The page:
• Touch of Evil (1958)

    Orson Welles’s first Hollywood movie after a decade in Europe, and the last he would make in the US, Touch of Evil represents the end of the classic film noirs of the 1940s and 50s. Using noir techniques in new ways, it redefined the detective hero and the femme fatale and created a worldview darker than what had come before. According to Film Noir: 100 All-time Favourites, “all of these movies had shared a fundamental doubt about modern man’s capacity to understand the world he inhabits. Here, Welles brought this scepticism to a head … extreme camera angles and a distorting wide-angle lens reinforced the eccentric impression made by the film’s characters, who seem like parodies at times.” Welles plays Hank Quinlan, the ultimate corrupt cop out of a line-up ranging from 1946’s Nocturne to 1992’s Bad Lieutenant that has been dubbed ‘cop noir’. (Photos 12 / Alamy)

  • Drive (2011)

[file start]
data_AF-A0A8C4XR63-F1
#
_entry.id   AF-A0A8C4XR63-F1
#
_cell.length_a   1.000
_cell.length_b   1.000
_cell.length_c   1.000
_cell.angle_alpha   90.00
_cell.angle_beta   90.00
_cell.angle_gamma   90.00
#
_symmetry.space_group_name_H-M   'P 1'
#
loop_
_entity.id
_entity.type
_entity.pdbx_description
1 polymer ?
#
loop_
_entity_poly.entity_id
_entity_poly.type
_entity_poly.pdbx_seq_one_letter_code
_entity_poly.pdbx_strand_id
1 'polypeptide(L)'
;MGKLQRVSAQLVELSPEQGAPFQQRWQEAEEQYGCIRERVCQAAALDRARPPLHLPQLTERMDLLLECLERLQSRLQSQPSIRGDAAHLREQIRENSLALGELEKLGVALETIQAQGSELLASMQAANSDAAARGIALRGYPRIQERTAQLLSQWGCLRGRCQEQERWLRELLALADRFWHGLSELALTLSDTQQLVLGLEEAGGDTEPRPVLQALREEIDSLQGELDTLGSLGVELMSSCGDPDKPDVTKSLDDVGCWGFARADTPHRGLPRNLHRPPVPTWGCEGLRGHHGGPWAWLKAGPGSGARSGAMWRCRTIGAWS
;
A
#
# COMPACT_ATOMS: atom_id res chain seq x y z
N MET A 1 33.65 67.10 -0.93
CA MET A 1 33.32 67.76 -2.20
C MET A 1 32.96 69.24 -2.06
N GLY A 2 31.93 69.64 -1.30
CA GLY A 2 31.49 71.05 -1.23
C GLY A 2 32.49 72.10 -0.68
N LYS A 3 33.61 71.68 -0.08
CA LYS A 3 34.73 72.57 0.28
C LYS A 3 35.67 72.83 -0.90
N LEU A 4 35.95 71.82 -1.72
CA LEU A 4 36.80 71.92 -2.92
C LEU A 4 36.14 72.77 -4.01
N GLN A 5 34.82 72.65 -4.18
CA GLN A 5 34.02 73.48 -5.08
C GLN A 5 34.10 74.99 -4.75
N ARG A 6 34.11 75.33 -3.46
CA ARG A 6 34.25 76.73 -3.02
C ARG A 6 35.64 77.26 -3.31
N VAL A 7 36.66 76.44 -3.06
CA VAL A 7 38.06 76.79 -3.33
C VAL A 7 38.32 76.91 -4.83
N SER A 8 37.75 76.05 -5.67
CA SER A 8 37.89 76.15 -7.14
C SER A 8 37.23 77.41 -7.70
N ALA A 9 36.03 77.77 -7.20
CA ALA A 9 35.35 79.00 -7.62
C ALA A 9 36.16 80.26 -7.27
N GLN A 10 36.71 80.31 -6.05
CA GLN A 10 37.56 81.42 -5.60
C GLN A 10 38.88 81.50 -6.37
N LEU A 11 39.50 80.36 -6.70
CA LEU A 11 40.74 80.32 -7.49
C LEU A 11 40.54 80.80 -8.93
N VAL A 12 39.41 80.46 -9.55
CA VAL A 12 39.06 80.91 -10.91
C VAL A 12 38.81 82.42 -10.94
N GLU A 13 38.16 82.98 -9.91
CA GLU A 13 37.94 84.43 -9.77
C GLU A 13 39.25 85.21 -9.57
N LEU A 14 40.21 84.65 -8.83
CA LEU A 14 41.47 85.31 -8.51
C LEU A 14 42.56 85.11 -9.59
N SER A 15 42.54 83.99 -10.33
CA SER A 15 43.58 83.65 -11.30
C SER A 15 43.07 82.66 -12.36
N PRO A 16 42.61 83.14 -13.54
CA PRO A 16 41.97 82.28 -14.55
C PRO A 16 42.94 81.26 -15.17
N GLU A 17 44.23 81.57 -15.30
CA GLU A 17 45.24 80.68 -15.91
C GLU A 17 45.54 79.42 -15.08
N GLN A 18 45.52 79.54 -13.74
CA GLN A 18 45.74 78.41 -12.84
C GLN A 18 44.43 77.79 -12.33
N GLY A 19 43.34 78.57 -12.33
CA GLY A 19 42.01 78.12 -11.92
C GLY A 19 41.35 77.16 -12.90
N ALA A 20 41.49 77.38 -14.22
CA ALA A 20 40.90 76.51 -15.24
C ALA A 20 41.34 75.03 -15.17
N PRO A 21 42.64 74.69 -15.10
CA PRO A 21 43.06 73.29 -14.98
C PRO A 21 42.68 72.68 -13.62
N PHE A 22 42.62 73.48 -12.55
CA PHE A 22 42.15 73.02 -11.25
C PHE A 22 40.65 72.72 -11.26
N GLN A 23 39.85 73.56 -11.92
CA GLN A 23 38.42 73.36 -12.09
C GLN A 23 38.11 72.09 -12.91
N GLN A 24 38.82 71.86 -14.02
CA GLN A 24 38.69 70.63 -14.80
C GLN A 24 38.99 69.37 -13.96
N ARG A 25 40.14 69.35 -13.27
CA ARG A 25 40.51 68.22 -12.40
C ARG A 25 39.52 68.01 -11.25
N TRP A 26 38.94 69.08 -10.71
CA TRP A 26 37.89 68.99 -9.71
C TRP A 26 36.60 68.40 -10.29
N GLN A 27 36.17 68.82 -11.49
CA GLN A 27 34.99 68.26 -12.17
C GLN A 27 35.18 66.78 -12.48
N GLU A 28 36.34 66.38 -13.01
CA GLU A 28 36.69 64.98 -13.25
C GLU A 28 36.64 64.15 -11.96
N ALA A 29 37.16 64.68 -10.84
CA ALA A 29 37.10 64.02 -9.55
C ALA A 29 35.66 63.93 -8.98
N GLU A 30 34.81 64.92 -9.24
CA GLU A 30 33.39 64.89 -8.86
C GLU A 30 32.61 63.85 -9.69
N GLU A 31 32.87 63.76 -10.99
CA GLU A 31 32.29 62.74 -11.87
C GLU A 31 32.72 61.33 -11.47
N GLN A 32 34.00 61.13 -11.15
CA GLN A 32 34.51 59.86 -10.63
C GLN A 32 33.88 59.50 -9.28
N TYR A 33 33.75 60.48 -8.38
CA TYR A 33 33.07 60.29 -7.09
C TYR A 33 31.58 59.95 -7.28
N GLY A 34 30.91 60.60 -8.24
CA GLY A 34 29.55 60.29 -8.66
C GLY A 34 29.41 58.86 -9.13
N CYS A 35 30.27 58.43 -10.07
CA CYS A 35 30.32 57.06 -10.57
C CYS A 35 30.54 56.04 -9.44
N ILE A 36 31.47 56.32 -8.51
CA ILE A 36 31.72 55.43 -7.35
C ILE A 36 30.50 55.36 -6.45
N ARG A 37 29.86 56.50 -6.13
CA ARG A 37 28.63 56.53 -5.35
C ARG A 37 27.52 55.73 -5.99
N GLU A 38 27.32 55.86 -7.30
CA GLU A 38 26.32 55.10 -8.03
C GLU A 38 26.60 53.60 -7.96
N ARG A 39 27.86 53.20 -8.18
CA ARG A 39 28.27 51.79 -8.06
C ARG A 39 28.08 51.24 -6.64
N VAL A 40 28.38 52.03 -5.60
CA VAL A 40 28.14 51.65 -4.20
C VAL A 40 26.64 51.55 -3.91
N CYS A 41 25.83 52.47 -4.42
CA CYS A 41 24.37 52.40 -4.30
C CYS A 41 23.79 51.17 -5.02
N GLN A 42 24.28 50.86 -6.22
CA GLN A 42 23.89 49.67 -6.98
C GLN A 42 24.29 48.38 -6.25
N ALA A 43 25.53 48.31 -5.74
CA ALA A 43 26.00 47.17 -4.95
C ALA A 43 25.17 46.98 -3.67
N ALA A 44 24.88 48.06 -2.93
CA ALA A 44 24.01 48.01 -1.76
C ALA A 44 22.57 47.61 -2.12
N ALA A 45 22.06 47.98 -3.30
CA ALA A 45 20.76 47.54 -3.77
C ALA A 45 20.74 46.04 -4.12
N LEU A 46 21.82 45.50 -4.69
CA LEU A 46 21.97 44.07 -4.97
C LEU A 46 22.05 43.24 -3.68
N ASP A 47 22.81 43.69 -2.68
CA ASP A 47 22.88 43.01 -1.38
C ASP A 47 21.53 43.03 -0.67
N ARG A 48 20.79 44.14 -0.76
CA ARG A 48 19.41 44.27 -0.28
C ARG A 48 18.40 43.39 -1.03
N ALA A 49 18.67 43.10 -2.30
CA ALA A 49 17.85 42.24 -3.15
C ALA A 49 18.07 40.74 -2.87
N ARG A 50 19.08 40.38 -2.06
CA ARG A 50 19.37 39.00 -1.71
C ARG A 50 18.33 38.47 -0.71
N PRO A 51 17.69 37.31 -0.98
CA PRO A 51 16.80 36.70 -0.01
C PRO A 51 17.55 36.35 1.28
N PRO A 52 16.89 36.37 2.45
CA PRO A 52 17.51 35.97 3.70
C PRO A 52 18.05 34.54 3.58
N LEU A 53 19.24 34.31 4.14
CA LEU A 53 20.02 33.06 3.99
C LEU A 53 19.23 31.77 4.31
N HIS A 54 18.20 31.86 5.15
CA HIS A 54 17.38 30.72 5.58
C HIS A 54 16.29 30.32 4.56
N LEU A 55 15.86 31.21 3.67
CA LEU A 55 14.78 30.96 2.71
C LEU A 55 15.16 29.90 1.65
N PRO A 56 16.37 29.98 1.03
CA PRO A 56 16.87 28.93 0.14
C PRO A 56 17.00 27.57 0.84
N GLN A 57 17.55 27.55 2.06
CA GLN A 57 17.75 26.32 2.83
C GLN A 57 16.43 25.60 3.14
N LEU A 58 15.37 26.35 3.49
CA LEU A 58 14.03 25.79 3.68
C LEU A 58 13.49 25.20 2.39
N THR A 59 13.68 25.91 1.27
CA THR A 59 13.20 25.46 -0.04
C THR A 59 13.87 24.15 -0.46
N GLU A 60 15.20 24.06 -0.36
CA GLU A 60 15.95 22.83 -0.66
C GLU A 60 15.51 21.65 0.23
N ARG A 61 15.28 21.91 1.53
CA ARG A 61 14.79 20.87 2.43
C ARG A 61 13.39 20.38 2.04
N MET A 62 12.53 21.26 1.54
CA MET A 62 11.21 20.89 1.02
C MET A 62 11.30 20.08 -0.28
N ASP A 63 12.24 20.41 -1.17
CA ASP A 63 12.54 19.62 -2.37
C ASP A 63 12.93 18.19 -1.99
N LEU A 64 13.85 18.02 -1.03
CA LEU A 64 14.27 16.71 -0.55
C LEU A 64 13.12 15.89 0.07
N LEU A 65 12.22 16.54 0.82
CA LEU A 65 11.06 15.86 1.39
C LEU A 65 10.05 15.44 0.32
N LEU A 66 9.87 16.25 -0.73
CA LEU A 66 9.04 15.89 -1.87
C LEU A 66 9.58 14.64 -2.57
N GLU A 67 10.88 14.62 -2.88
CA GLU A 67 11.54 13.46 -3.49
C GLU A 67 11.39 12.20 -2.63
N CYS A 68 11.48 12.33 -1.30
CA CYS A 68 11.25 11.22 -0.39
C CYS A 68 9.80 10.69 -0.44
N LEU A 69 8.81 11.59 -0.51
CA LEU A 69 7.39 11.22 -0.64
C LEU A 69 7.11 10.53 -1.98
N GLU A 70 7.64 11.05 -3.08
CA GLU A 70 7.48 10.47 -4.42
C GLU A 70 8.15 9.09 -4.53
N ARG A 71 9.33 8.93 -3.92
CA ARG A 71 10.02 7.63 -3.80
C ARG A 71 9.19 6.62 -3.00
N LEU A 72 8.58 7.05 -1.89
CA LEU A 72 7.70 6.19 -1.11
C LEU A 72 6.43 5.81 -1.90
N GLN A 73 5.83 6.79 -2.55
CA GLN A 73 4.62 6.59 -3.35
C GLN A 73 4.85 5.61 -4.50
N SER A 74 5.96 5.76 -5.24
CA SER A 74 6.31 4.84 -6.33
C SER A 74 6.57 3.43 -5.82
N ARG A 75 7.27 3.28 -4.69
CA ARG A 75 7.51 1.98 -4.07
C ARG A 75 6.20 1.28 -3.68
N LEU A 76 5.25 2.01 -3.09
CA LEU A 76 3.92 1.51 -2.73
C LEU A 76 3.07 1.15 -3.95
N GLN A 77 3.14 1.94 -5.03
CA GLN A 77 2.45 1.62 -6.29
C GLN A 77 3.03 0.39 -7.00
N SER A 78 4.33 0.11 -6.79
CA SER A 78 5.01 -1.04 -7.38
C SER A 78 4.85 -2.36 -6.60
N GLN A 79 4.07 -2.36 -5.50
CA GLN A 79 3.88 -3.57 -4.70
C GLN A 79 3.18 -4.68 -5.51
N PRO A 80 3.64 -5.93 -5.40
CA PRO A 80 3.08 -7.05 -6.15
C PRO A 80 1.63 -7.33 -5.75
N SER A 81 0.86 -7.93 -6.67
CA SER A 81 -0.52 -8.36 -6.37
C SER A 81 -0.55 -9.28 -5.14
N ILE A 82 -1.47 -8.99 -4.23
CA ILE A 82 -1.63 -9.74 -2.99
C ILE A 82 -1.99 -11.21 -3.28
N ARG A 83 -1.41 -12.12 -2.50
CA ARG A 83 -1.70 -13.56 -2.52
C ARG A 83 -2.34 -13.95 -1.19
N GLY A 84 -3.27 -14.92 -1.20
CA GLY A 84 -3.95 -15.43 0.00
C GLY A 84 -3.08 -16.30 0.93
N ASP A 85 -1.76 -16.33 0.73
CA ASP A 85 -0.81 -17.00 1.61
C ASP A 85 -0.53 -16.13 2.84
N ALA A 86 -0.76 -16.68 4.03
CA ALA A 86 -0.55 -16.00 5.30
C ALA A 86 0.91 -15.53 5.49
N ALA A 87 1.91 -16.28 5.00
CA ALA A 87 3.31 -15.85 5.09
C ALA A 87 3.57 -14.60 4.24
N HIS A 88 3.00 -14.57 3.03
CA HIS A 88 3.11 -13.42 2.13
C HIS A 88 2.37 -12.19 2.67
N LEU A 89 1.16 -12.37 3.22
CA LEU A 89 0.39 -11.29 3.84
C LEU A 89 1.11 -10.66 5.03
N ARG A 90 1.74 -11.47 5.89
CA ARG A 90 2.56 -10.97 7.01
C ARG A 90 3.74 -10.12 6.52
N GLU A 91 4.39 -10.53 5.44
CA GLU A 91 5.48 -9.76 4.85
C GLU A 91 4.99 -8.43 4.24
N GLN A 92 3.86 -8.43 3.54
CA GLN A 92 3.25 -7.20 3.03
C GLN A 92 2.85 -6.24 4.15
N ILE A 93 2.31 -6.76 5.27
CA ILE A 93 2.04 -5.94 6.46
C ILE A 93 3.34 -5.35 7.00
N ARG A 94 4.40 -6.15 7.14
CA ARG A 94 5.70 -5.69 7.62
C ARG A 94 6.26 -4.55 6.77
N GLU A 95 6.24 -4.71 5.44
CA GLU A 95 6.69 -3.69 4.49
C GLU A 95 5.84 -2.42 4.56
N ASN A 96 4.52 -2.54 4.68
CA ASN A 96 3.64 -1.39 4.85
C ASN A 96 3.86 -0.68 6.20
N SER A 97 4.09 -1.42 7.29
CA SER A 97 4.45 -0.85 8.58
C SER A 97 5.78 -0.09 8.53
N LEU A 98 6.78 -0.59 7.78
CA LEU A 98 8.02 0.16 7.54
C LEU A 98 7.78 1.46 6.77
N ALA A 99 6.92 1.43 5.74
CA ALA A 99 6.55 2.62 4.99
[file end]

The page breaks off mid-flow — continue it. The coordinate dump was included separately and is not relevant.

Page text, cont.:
The final entry in Taschen’s collection reveals how far the noir has come. Ryan Gosling has described his character in Drive as “psychotic”, and “lost in the mythology of Hollywood”; writing in Film Noir: 100 All-time Favourites, Douglas Keesey claims that “contemporary film noir, or neo-noir, is a highly self-conscious genre, keenly aware of the plot conventions, character types, and common techniques associated with past film noirs”. The lead character in the 2002 film Femme Fatale models her behaviour on Barbara Stanwyck in Double Indemnity; in Basic Instinct, Sharon Stone tells Michael Douglas’s detective that her book is about “a detective. He falls for the wrong woman. She kills him.” Yet the film-makers responsible for the movies of the 1940s and 50s were not aware they were working within a distinct genre, their titles given a range of labels from “suspense pictures” to “psychological thrillers” – the term ‘film noir’ was only popularised in 1955. Now, neo-noirs often feature female characters meeting their doppelgangers (as in Mulholland Drive, Don’t Look Back and Black Swan) – or are inspired by comic books and graphic novels. (Bold Films, Oddlot Entertainment, Marc Platt Productions, Motel Movies / TASCHEN)